My Coeliac Diagnosis – Part 1

One of the most interesting things about coeliac disease is the multitude of symptoms and the unending variation in how people were diagnosed. Everyone has their own story and tribulations. This is mine! If you’d like to know more about me and the blog generally, please visit my ‘About Me‘ page.

I know I didn’t have coeliac before puberty, because I was definitely not a ‘failure to thrive’ child! I was always in the back row of class photos through primary school, and have been the same height since around the age of 11. Unfortunately that height is 5’4 so I was soon relegated to the front rows.

Standing next to the same fireplace at 12 and 25. Not much height difference!

Standing next to the same fireplace at 12 and 25. Not much height difference!

It is difficult now to know what triggered my coeliac disease or when exactly I started showing symptoms. There are two things that might have caused it: puberty or glandular fever (aka mono).

During my teenage years I was ill a lot and was constantly in need of sleep. I suffered from depression and was diagnosed with anaemia for a few years, both coeliac symptoms. However it is impossible to know if these were just ‘normal teenage growing pains’ or a sign of coeliac disease. Certainly no doctor thought to test me for it at this time!

The second possible trigger was a bad case of glandular fever during my first year at university. I probably caught it from my sister at Christmas, but was tested before returning to uni and told it was negative. Fast forward two terms of exhaustion, and two weeks of intensive internships, before I went back to the doctor to be told I’d had glandular fever for over six months. Being in my first year at university I had not necessarily been treating my health as well as I could have been anyway, which just exacerbated the effects of the glandular fever. In the end I was in bed for 3 months over the summer and spent another year exhausted.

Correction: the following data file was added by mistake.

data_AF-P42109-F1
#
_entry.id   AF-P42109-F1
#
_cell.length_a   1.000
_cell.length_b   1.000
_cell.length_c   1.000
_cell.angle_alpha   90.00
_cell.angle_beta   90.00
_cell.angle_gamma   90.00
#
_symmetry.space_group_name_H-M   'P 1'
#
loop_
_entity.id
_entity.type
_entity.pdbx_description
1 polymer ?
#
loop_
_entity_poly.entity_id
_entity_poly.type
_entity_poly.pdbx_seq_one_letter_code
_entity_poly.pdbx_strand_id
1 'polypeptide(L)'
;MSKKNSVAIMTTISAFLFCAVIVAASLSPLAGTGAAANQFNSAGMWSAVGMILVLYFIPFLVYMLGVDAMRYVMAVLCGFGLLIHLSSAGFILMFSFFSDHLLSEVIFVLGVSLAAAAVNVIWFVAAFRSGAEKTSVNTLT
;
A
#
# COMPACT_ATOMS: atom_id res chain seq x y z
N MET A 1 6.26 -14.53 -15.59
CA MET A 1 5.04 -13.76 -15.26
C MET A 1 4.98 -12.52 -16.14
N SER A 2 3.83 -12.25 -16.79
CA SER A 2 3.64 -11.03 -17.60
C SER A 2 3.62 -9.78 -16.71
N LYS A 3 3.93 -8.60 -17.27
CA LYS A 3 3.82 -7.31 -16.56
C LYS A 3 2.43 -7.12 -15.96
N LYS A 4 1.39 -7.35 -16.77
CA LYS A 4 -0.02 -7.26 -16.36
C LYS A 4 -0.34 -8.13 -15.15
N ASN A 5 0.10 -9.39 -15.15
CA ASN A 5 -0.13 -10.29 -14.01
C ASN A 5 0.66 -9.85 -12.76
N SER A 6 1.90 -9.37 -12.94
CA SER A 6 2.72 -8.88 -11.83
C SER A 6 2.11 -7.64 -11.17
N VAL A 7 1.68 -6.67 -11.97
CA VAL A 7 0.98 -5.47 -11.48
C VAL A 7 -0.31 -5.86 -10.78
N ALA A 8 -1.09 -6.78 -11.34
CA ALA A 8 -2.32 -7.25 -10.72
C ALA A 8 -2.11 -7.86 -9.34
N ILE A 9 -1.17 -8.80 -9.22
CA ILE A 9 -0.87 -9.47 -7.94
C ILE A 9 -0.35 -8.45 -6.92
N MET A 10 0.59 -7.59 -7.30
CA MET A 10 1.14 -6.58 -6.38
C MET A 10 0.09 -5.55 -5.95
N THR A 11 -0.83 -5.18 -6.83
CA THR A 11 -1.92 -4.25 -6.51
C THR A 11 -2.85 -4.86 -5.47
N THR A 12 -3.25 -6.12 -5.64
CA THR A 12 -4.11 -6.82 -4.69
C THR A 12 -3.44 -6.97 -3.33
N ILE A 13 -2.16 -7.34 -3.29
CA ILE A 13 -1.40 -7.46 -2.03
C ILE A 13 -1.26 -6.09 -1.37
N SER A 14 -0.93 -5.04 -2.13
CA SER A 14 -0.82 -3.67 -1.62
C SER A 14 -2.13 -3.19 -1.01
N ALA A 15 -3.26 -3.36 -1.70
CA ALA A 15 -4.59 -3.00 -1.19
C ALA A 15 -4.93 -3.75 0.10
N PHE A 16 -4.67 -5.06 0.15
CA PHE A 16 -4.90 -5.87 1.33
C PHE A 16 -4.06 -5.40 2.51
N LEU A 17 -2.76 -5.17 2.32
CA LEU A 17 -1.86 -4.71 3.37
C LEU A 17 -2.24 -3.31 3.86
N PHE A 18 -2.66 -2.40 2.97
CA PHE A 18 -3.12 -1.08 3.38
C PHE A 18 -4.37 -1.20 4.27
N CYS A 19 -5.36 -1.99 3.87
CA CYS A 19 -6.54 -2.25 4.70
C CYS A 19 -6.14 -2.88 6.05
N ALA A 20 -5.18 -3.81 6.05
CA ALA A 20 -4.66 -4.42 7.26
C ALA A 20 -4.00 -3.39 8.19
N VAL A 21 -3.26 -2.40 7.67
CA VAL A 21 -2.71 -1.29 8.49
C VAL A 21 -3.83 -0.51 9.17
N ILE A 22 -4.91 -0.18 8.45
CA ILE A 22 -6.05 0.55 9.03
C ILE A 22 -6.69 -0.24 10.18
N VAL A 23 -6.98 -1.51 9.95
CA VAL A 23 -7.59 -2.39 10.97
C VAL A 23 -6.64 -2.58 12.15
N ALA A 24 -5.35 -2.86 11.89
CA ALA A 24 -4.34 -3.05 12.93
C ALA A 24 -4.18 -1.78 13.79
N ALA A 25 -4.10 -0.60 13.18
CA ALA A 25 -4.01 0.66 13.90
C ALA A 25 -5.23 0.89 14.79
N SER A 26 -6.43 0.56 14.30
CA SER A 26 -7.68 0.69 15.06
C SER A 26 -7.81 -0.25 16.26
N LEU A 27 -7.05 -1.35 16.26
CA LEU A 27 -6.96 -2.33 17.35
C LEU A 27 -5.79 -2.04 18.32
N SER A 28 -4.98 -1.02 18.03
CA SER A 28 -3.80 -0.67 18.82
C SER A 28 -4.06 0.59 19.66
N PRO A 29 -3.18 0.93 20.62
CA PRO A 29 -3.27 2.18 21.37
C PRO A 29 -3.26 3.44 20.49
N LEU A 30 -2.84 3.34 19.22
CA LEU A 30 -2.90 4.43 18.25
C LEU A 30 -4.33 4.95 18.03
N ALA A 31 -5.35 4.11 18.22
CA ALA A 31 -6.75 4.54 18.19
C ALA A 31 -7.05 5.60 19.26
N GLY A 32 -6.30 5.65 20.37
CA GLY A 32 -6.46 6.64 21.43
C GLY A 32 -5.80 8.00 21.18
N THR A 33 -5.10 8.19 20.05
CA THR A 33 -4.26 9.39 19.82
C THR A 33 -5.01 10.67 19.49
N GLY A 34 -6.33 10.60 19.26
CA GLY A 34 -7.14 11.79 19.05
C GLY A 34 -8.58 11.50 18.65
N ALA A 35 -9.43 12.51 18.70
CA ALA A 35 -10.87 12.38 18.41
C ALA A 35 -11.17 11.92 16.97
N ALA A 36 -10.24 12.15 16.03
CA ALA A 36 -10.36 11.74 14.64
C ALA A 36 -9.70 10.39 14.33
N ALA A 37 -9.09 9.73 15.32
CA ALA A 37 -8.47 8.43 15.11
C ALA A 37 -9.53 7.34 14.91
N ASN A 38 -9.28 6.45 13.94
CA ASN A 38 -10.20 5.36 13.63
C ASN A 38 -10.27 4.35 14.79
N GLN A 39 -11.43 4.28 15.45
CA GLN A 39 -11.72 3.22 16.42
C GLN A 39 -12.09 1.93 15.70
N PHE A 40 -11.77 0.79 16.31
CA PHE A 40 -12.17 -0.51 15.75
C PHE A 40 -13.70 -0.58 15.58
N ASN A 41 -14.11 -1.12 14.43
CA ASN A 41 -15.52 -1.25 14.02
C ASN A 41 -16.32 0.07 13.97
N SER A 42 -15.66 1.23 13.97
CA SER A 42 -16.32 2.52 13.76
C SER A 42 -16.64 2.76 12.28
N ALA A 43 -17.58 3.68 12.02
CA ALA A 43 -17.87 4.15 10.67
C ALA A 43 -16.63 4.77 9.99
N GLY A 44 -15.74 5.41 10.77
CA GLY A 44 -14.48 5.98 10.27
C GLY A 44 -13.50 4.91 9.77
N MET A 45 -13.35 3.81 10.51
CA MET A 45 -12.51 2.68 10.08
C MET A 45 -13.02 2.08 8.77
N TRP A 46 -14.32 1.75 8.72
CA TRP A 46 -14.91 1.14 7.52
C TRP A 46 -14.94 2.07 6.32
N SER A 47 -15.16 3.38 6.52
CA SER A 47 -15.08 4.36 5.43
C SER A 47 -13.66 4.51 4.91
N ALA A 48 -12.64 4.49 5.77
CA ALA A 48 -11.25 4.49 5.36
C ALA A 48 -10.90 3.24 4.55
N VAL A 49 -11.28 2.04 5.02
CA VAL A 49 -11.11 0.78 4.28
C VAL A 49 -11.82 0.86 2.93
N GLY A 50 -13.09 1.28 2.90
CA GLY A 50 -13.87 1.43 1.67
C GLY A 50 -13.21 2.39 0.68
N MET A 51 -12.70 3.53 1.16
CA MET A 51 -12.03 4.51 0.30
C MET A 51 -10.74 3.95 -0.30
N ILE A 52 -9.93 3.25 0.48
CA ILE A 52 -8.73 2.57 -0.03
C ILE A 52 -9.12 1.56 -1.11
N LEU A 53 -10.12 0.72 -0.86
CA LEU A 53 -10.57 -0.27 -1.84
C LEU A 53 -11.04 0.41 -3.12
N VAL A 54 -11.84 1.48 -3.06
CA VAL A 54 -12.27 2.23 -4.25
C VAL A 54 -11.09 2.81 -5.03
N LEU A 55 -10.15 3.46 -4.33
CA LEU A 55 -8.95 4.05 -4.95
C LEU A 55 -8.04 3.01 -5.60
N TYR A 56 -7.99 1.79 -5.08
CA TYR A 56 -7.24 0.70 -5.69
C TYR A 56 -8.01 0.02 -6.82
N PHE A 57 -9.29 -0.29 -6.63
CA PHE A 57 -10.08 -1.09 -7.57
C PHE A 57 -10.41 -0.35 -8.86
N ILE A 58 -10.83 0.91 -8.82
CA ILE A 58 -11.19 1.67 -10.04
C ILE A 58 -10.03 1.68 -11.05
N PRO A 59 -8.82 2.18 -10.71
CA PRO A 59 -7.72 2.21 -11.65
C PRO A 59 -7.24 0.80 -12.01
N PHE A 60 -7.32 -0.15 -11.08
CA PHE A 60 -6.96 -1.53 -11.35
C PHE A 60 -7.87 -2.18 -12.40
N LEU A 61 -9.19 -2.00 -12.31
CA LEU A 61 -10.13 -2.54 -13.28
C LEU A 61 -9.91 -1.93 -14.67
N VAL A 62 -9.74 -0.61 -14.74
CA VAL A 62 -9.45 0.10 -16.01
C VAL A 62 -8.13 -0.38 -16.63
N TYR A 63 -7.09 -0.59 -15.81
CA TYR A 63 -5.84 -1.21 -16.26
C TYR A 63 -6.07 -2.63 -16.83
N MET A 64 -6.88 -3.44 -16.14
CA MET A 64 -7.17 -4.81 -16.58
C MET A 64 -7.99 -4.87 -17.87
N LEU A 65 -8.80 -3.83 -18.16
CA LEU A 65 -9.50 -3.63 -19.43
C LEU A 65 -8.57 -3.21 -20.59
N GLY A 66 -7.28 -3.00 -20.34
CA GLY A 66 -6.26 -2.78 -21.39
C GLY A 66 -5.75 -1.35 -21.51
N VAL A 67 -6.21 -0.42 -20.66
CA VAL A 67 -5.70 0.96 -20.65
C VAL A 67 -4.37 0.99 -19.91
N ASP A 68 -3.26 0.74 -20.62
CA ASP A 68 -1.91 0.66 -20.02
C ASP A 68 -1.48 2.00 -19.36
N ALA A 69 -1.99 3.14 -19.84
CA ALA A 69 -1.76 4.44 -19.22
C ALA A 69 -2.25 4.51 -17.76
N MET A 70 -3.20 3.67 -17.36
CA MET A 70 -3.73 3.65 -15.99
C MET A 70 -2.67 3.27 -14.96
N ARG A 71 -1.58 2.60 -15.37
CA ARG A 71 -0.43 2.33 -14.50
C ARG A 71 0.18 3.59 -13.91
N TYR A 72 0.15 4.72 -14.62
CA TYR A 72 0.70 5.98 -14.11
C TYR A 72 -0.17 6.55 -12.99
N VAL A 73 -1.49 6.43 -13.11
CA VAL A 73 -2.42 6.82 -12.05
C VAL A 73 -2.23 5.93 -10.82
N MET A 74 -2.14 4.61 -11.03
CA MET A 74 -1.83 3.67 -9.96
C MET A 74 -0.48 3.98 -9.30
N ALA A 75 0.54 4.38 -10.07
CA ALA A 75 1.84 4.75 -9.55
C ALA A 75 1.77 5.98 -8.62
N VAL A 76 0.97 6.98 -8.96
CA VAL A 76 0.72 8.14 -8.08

It is hard to differentiate the exhaustion caused by illness and that caused by coeliac disease. I never fully recovered from the glandular fever and the years leading up to my diagnosis seem a bit of a haze of tiredness and brain fog. But I donโ€™t know when these were the symptoms of glandular fever, and when they were of coeliac!

I also spent the 4.5 years between glandular fever and my diagnosis at university, first as an undergraduate then through masters and into my PhD. I attributed most of my tiredness and digestive problems to being a student, because everyone didn’t get enough sleep and didn’t eat right. Even when I bloated enough to look 5 months pregnant I assumed this was normal.

Me about a month before diagnosis, looking puffy and exhausted.

Me about a month before diagnosis, looking puffy and exhausted.

Things finally came to a head in January of my second year of PhD. Throughout this entire period I was receiving yearly physicals through my private healthcare in the USA. My doctor had flagged up Vitamin B12 deficiencies for a number of years but never asked about other possible symptoms or ran a coeliac blood test. (After diagnosis I discovered this was because I hadnโ€™t had bad gastro problems, so my insurance wouldnโ€™t have covered the test. I informed her that I would have happily paid for the 3-4 years of extra health if she’d ever given me the option.) I assumed that the NHS was unlikely to give out vitamin jabs when multi-vitamins were available so had never followed up in the UK. However at this time I was living with a housemate who was a fantastic baker and I decided to do more baking of my own. Within a few weeks I was on the couch most days unable to concentrate or wake up. I read about B12 anaemia and discovered that the NHS would give some jabs, so decided to go to my GP and try my luck.

When I arrived at my GP and explained that I needed B12 jabs he, very fortunately, decided to run a full set of bloods to rule out anything else. After a quite traumatic blood-taking (photo at bottom if you’re not squeamish!) I arrived back a week later to hear the results.

‘Well, your B12 is low but not horrible. But you have coeliac disease.’

See Part Two for the journey from diagnosis to endoscopy! (Coming soon)

This post was written for Coeliac Awareness Week 2015. If you think you have any symptoms of coeliac disease (including fatigue, bloating, ‘brain fog’, depression, gastro unrest) please visit https://www.isitcoeliacdisease.org.uk to take the self-assessment.

WARNING: Photo of traumatic blood-taking

Took a photo to send to my parents in case I was bleeding internally. (I was not on my best form)

Took a photo to send to my parents in case I was bleeding internally. I was not on my best form at that time.

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